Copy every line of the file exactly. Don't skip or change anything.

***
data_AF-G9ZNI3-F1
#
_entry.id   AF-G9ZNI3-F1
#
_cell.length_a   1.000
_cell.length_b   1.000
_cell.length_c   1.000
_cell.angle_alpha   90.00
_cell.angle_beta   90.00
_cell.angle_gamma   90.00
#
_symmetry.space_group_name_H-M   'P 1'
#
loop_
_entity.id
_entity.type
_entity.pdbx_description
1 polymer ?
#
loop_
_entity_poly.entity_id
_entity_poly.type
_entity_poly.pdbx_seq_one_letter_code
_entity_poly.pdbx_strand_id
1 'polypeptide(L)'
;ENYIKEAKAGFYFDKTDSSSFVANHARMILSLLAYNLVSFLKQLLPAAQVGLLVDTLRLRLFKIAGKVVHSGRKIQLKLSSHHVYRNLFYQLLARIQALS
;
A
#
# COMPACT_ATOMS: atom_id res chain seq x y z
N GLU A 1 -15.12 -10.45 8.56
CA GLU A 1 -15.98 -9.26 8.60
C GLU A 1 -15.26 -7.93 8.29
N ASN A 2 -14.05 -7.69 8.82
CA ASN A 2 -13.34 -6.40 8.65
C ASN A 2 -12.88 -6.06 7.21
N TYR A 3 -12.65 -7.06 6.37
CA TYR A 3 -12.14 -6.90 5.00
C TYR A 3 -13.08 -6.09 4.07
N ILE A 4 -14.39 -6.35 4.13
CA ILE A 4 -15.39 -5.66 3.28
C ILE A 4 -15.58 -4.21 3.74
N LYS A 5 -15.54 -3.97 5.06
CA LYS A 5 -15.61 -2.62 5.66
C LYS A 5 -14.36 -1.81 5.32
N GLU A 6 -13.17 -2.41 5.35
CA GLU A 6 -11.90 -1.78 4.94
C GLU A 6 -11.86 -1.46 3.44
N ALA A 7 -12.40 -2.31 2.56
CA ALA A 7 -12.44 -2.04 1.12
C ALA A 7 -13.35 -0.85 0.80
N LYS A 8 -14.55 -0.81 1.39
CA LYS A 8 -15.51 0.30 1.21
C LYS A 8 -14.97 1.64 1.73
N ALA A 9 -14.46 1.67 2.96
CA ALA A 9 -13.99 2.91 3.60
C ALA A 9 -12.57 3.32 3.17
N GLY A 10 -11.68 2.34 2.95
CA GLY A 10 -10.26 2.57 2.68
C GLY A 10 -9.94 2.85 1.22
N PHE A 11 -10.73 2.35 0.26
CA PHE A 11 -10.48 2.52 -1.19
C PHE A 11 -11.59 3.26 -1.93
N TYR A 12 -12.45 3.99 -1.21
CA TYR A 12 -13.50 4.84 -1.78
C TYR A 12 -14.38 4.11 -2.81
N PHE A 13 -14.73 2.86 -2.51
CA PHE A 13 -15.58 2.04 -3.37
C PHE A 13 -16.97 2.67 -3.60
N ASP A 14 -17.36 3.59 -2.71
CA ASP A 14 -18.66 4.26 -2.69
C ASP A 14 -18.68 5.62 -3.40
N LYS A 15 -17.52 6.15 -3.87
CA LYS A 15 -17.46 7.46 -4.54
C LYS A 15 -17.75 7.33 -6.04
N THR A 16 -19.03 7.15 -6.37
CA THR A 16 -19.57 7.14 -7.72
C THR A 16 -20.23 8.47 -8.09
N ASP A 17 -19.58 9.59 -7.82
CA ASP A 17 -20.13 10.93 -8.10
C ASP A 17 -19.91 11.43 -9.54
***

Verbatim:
data_AF-G9ZNI3-F1
#
_entry.id   AF-G9ZNI3-F1
#
_cell.length_a   1.000
_cell.length_b   1.000
_cell.length_c   1.000
_cell.angle_alpha   90.00
_cell.angle_beta   90.00
_cell.angle_gamma   90.00
#
_symmetry.space_group_name_H-M   'P 1'
#
loop_
_entity.id
_entity.type
_entity.pdbx_description
1 polymer ?
#
loop_
_entity_poly.entity_id
_entity_poly.type
_entity_poly.pdbx_seq_one_letter_code
_entity_poly.pdbx_strand_id
1 'polypeptide(L)'
;ENYIKEAKAGFYFDKTDSSSFVANHARMILSLLAYNLVSFLKQLLPAAQVGLLVDTLRLRLFKIAGKVVHSGRKIQLKLSSHHVYRNLFYQLLARIQALS
;
A
#
# COMPACT_ATOMS: atom_id res chain seq x y z
N GLU A 1 -15.12 -10.45 8.56
CA GLU A 1 -15.98 -9.26 8.60
C GLU A 1 -15.26 -7.93 8.29
N ASN A 2 -14.05 -7.69 8.82
CA ASN A 2 -13.34 -6.40 8.65
C ASN A 2 -12.88 -6.06 7.21
N TYR A 3 -12.65 -7.06 6.37
CA TYR A 3 -12.14 -6.90 5.00
C TYR A 3 -13.08 -6.09 4.07
N ILE A 4 -14.39 -6.35 4.13
CA ILE A 4 -15.39 -5.66 3.28
C ILE A 4 -15.58 -4.21 3.74
N LYS A 5 -15.54 -3.97 5.06
CA LYS A 5 -15.61 -2.62 5.66
C LYS A 5 -14.36 -1.81 5.32
N GLU A 6 -13.17 -2.41 5.35
CA GLU A 6 -11.90 -1.78 4.94
C GLU A 6 -11.86 -1.46 3.44
N ALA A 7 -12.40 -2.31 2.56
CA ALA A 7 -12.44 -2.04 1.12
C ALA A 7 -13.35 -0.85 0.80
N LYS A 8 -14.55 -0.81 1.39
CA LYS A 8 -15.51 0.30 1.21
C LYS A 8 -14.97 1.64 1.73
N ALA A 9 -14.46 1.67 2.96
CA ALA A 9 -13.99 2.91 3.60
C ALA A 9 -12.57 3.32 3.17
N GLY A 10 -11.68 2.34 2.95
CA GLY A 10 -10.26 2.57 2.68
C GLY A 10 -9.94 2.85 1.22
N PHE A 11 -10.73 2.35 0.26
CA PHE A 11 -10.48 2.52 -1.19
C PHE A 11 -11.59 3.26 -1.93
N TYR A 12 -12.45 3.99 -1.21
CA TYR A 12 -13.50 4.84 -1.78
C TYR A 12 -14.38 4.11 -2.81
N PHE A 13 -14.73 2.86 -2.51
CA PHE A 13 -15.58 2.04 -3.37
C PHE A 13 -16.97 2.67 -3.60
N ASP A 14 -17.36 3.59 -2.71
CA ASP A 14 -18.66 4.26 -2.69
C ASP A 14 -18.68 5.62 -3.40
N LYS A 15 -17.52 6.15 -3.87
CA LYS A 15 -17.46 7.46 -4.54
C LYS A 15 -17.75 7.33 -6.04
N THR A 16 -19.03 7.15 -6.37
CA THR A 16 -19.57 7.14 -7.72
C THR A 16 -20.23 8.47 -8.09
N ASP A 17 -19.58 9.59 -7.82
CA ASP A 17 -20.13 10.93 -8.10
C ASP A 17 -19.91 11.43 -9.54